La Liga's most important Clasico for years might also be the most mediocre on Sunday as Barcelona and Real Madrid each fight to lift the gloom by deepening the other's sense of crisis.
Two points separate the league's leading pair, making this weekend's meeting at the Santiago Bernabeu a potentially significant checkpoint in a back-and-forth title race, particularly if Barcelona win and extend their advantage to five.
It will be more significant than last season when Barca kicked off the calendar's second Clasico nine points clear of Madrid, or the season before when they were already 15 in front.
But while a tussle at the top of the table is welcome in terms of intrigue, there is an unmistakable sense of decline hanging over what has become the world's most famous club fixture.
"It's a race of two lame ducks, both of them are bad right now, that's the reality," former Real Madrid forward Jorge Valdano told Onda Cero on Wednesday night.
"Barca's recovery is more down to Real Madrid than Barca themselves."
For both teams, the build-up has been bumpy, with Madrid particularly wounded after a 2-1 defeat at home to Manchester City which has left them on the brink of exiting the Champions League in the last 16 for the second year in a row.
It might have been less concerning had it not come on the back of one win in four and had City not appeared so superior.
"Things really do look bleak," wrote Marca on Thursday. "The only takeaway can be that this Madrid side simply aren't up to it."
They might be about to feel the kind of frustration that has haunted Barcelona during a run of four consecutive years without making it past the semis.
Barca's own problems recently have largely been to do with their president and board, but the emergency signing of striker Martin Braithwaite from Leganes exposed muddled thinking that has affected the squad too.
"We don't have a deep squad because, unfortunately, that's how it was planned," said Sergio Busquets on Tuesday.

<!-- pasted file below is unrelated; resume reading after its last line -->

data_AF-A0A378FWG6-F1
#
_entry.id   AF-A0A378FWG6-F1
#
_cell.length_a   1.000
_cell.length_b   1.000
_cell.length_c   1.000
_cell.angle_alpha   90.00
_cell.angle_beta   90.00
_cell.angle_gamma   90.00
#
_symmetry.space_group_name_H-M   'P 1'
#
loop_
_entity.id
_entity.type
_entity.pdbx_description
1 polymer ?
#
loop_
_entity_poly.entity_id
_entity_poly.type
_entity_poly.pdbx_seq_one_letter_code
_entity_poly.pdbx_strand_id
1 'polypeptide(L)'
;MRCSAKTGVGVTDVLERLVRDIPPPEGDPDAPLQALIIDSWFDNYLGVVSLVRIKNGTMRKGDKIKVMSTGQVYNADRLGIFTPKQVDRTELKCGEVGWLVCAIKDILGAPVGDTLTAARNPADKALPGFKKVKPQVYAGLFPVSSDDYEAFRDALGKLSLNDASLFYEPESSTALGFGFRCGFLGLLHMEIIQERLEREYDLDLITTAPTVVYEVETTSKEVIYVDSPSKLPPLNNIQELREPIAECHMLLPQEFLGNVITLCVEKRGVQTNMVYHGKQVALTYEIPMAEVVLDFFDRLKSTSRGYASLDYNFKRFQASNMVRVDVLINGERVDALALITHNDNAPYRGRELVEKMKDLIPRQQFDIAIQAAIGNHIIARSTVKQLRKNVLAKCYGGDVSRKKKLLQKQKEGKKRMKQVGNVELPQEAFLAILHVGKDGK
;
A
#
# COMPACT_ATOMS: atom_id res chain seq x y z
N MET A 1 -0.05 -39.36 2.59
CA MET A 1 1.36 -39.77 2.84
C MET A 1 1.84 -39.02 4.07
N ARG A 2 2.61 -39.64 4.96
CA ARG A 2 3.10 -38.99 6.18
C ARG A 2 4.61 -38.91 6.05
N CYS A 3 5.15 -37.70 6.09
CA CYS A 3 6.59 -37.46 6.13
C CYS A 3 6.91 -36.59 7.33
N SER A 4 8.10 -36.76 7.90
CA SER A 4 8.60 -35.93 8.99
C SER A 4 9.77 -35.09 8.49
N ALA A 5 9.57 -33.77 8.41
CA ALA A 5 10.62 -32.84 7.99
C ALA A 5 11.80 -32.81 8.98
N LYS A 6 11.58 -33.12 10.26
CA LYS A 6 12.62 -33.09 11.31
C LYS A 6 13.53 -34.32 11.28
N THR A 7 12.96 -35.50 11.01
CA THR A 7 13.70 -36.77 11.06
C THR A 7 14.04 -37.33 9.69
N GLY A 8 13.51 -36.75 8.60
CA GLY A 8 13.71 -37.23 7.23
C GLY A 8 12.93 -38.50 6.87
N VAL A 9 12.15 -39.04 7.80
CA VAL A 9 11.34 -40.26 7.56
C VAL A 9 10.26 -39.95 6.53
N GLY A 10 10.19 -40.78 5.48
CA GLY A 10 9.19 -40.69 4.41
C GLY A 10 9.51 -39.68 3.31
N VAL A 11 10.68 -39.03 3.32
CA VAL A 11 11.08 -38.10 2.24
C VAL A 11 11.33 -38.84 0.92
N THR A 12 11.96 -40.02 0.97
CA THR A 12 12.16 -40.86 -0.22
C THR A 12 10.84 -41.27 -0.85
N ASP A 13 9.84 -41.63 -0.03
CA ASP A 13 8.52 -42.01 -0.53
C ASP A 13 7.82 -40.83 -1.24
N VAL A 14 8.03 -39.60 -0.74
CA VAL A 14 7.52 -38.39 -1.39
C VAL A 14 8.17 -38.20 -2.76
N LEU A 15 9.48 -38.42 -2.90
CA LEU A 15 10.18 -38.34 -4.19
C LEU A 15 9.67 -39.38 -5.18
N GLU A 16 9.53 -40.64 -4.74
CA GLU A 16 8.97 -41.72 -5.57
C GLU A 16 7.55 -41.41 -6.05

Barcelona and Real Madrid's combined 108 points taken at this stage is their second-lowest since 2007, beaten only by last year's even lower total of 105.
Barca have been more reliant than ever on Lionel Messi to paper over the cracks in their defence while Madrid's defence has covered their lack of firepower upfront, where they remain without an elite scorer, despite the impressive early-season form of Karim Benzema.
End of a golden age?
Cristiano Ronaldo's shadow still lingers, in part because Messi's brilliance deserves a rival, in the league, but particularly the Clasico, where Ronaldo's presence is undeniably missed.
He is not the only one. Neymar was sold while Xavi Hernandez and Andres Iniesta retired. Gareth Bale's star has dimmed so much that his place in Zinedine Zidane's squad is no longer secure, let alone his starting line-up.
There are some mitigating circumstances like injuries to Eden Hazard, who has the potential to light up any game, and Luis Suarez, who has seven goals in his last seven outings in this fixture.
Yet the sense is of a golden era disappearing or gone, which is having implications for the national team too.
Eleven Spaniards started the last Clasico before Spain won the 2010 World Cup while in the goalless draw at Camp Nou in December there were six, including Gerard Pique, who has retired from international football.
There is a financial element that stretches back further. Where once Barcelona and Real Madrid could strong-arm the transfer market, both have been increasingly squeezed by Financial Fair Play and outmuscled by richer
upstarts like Manchester City and Paris Saint-Germain.
Last summer, Eden Hazard was the first player Madrid had signed for more than 60 million euros since James Rodriguez in 2014. Barcelona's chief executive Oscar Grau said they needed to reduce their wage bill this season
by 18 million euros.
Mediocrity is not likely to last long, particularly if Kylian Mbappe and Neymar can be lured next summer.
With Messi now fit and firing, Barca might even exceed expectations in the Champions League and Madrid could yet pull off an escape against City.
But Sunday's game is a duel of two teams no longer at full pelt, stumbling through transition, pits and hoping past glories will soon return.